women in tech


Coding is the New Literacy

Our world is surrounded by software. Every day teenagers spend more than 10 hours a day on line interfacing through a software layer – texting, facebook, tumblr, TV, movies – all are constructed in software and people use a software layer to interact. Even as a CEO, my day is dominated by software – Office apps, Twitter, Skype and even Words with Friends.

Software is changing our world in as profound a way as the book did starting in 1440. The book, following the invention of the printing press, democratized knowledge. Anyone who could read and write could share ideas and change the way other people thought. By 1500 there were 35,000 book titles in print and over 20MM books printed. 60 years after the invention of the computer the influence of software on our world is still growing exponentially.

And it touches everyone. Poor illiterate women in India running micro businesses through a cellphone. CEOs and bankers. Students at a Palo Alto High School. And so when I was invited to give a TEDx talk at Gunn High School two weeks ago I chose to talk about how being able to code – or at least understand enough structured logic to create software apps – is as important now as being able to read and write.

Technology is now where the jobs are, where the growth is, where the source of the major revolution of the next 100 years starts. It’s an exciting place to be and it’s a meritocracy. Everyone can learn it, just like everyone can learn to read and write.

Here’s my talk:

And the most exciting thing for me giving this talk was that at the end I was surrounded by teenage girls thrilled to have their interest in software and technology endorsed and confirmed by my talk.


PR over exposure is a dangerous game

Eric Jackson wrote a painful piece in Forbes this morning comparing Sheryl Sandberg to Kim Polese – and while I don’t agree with his judgement that they are alike (one is wildly successful, one less so) he throws a bright light on one of the risks that can plague female tech executives: over exposure.
The over exposure starts because when you are a fresh new female executive you are rare and a novelty. The press wants to cover you because your opinions are new grist for the mill on everything from technology, to child care, to diversity in the office. Your PR team loves it – it’s an easy way to get the press’ attention and get the ink on the company. When I was a new CEO in 1996 I ended up on the cover of the San Jose Mercury News – amusing but of no value to my company Simplex. The press I got that was useful to Simplex was tech press and then business press around our IPO, not the many panels I did on being a female CEO with two small children.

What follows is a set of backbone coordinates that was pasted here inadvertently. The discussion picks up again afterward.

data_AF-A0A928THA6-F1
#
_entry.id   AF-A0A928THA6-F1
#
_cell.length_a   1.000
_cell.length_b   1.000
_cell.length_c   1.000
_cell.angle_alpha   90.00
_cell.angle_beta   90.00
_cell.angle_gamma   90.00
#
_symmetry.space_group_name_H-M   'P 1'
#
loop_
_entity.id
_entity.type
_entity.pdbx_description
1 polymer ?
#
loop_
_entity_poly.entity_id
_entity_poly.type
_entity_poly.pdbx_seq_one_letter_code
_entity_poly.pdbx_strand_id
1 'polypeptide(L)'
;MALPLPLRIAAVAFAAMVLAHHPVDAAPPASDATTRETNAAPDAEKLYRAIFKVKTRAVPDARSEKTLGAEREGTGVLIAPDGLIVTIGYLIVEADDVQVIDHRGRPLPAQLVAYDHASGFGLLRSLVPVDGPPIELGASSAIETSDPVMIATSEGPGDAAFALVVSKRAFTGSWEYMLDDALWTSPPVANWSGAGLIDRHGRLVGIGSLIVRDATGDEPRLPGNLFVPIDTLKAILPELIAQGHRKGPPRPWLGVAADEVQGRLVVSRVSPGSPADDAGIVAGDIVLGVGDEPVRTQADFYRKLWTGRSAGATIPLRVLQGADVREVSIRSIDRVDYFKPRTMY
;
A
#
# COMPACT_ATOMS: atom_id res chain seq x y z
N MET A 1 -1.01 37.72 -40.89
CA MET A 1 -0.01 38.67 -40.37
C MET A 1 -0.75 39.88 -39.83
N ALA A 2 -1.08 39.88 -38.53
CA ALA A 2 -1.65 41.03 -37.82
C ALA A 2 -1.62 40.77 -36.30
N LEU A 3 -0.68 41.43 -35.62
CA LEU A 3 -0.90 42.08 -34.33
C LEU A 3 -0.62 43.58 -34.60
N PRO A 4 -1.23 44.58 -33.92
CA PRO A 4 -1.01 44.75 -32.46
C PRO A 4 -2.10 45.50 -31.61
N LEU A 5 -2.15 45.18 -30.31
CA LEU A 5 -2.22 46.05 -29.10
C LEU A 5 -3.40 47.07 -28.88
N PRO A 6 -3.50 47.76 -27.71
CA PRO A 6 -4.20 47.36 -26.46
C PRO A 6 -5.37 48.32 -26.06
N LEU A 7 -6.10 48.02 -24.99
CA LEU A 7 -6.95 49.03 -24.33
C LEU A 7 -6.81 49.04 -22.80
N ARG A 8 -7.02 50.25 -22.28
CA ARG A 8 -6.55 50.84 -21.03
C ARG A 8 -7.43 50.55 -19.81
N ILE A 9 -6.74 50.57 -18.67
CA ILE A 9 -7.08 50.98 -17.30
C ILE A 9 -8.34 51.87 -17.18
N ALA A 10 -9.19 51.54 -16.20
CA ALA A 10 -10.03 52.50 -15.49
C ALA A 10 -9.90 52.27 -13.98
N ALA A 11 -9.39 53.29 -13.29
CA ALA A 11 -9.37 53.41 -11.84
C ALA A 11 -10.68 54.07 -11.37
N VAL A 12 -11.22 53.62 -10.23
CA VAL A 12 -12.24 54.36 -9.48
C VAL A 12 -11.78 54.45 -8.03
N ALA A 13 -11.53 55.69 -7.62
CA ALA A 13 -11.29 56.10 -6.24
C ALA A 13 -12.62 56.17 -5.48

Over exposure is a deadly trap. In the end you are judged ONLY on your financial performance, and unless you think a great deal of press coverage about you is going to drive your top line results you need to tread very carefully. Kim Polese was extraordinarily over exposed. She was naive, and taken advantage of by her PR firm but she was young, pretty and articulate and so a great product for them to sell. But Marimba did not prove to have legs after the bubble burst and while there is no shame in that per se – that’s life in the Valley – it was a long way to fall for her celebrity, and was not necessary.

I put this observation into practice a few months ago at FirstRain. We were choosing a new PR agency and I had been clear with my team that while I was happy to do panels and talks on technology, or even on public board experience (I am on two public boards RMBS and JDSU), I am not willing to overload on the female tech CEO talking circuit. So imagine my irritation when one of the PR firm leads decided that the whole strategy should be to use my gender to get FirstRain in front of the press and would not shut up about it.

In Sheryl’s case the risk was lower than Kim’s because she was already a proven
executive at Google, and Facebook’s a juggernaut, so she is
also already successful there. Extensively exposing her to the press in the year
before the Facebook IPO made sense – she is then “known” to the
investment community and the retail investor and so could carry the revenue end of the IPO
roadshow. And if she has larger ambitions post Facebook (who knows…) then the positive exposure raises her name recognition at a national level.

It’s a fine balance. You can only be a role model, mentor and adviser to young women if you have a successful track record. And yet the thirst for female tech role models is so great that once you have a high profile position you get given the stage – and it’s tempting. My input to my team is never, ever lose sight of the end-in-mind which is business exposure for FirstRain (or Simplex last time). The “woman CEO” platform comes after that and in service of that purpose only — unless I am doing it on my own time.